Let’s go beyond the fruiting bodies of fungi and learn about the real star of the show: mycelium. Not all mycelia produce mushrooms, but mushrooms serve as an excellent example of how mycelium functions. When we look at a mushroom in the ground, we only see a small portion of the entire organism. Mycelium can grow deep inside wood or in the organic substrate of the forest floor. Think of it like the roots of a plant – mycelium spreads into the ground as tiny branching filaments called hyphae. These fungal roots can spread at great distances, increasing the size of the fungus and the surface area it covers.
Hyphae produce enzymes that break down organic matter, then transport the nutrients into an absorbable food source for fungi. However, mycelium has many purposes outside of converting nutrients for a fungus to grow. By breaking down organic matter, they recycle biomass and aid soil fertility. Mycelia play a vital role in maintaining healthy habitats, yet some go beyond their decomposer duties and actively benefit the living organisms around them.
The mycelial network, otherwise known as the mycorrhizal network, is an interconnected system between mycelia and plant roots that joins different plant and fungal species within an ecosystem.
Although mycelia always break down matter and provide nutrients to fungi, not all of them function within the mutually dependent network. Only mycorrhizal fungi can form a symbiotic relationship with other fungi and plants. About 10% of all fungal species identified today fall under the mycorrhizal category, yet these unique fungi are crucial to ecosystem health (1).
As crazy as it sounds, fungi communicate through their mycelial networks to warn each other of danger and adapt to changing environmental conditions (2). Studies have found that fungi respond to internal and external indications of threats by sending out nutrients and electrical impulses through the hyphae (3).
When a fungus senses a potential danger, it can react by sending signals through the thousands of hyphal pathways that make up the mycelium network. These signals warn the fungi within that network about potential predators or environmental changes, such as limited water resources. As a result, other fungi can adapt to the warning or transfer nutrients to each other to stay alive.
In addition to supporting other fungi, mycorrhizal fungi greatly support the many different species of plants within the fungal network. These fungi connect surrounding plants as the hyphae wrap around their roots. Although the fungus essentially takes over part of the plant, the two form a symbiotic relationship that allows them to benefit from their arrangement.
The fungi transport nutrients like nitrogen and phosphorus while assisting the plants with their water uptake. Moreover, the complex network protects plant life from pathogens by warning them at the first sign of danger (4). In exchange, the fungi feed on the plant’s sugars produced during photosynthesis.
Mycelial networks also allow plants to communicate with each other. Since the fungi links to surrounding plant life, it utilizes its thousands of hyphae signals to transfer information and nutrients. This network connecting all plant life in an ecosystem is known as the “wood wide web” because it allows communication between otherwise separated plants. This system benefits forests by allowing trees to transfer information and nutrients amongst each other.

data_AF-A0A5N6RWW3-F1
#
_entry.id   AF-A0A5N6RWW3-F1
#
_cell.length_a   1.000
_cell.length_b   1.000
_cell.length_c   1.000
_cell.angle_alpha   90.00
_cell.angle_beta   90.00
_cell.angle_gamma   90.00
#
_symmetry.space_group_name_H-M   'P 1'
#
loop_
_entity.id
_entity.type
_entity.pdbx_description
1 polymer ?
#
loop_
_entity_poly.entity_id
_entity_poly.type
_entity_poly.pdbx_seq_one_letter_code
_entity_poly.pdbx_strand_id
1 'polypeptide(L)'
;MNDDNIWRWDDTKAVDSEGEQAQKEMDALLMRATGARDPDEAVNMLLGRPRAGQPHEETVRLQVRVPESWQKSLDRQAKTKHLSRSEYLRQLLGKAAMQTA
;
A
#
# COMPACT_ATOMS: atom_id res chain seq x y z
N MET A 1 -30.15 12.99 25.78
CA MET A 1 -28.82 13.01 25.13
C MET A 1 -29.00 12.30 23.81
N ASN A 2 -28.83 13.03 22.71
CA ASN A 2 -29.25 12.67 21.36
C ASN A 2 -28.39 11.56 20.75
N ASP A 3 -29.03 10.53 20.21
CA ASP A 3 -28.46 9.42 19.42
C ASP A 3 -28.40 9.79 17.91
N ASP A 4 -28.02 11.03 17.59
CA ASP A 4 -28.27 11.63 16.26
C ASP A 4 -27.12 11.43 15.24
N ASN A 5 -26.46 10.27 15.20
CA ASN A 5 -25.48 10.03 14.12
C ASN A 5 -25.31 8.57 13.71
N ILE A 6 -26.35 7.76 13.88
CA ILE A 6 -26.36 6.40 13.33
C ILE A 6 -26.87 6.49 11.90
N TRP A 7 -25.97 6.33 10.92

Evidence supports that many trees will pass on nutrients to their children through the network to help them survive. Such connections allow plant life to thrive off of each other and survive attacks from pathogens and pests that could wipe them out. The networks that connect plants provide an effective communicative means that otherwise couldn’t exist without the fungi’s help.
The benefits of fungal mycelium exist beyond the forest floor and make their way into our households and daily life. Mycelium grows at such a fast rate, which allows a cost-effective, natural means to produce different kinds of goods. Mycelial fibers are used for a variety of reasons:
Since mycelium is a biodegradable natural resource, it is an excellent replacement for less sustainable materials. Its versatility gives us more ecologically friendly alternatives to explore throughout different industries. Mycelium also is non-toxic and safe for human health, making it a preferable option for packaging, housing, food, and clothing.
Though mycelium stays hidden underground, outside the spotlight, it’s one of nature’s most essential tools for maintaining a balanced ecosystem. Mycelium’s ability to connect plants and fungi demonstrates its complex role in the environment. The fast-growing fibers decompose waste, support plant life, and produce a natural material for several different needs. Mycelium makes up the bodies of fungal organisms, stretching throughout forests to provide their symbiotic benefits.
Shockingly, the largest living organism on earth is actually a fungus in Oregon that has grown to span around four square miles! Think about just how far of a reach mycelium can have as it spreads through the ground through each of the different fungal colonies. Microbiology is an incredible field of study, bringing to life the ecology around us, from the cell walls of our very bodies. When you go outside, take some time to appreciate the hidden mycelial world that exists beneath your feet and how it impacts the nature around you.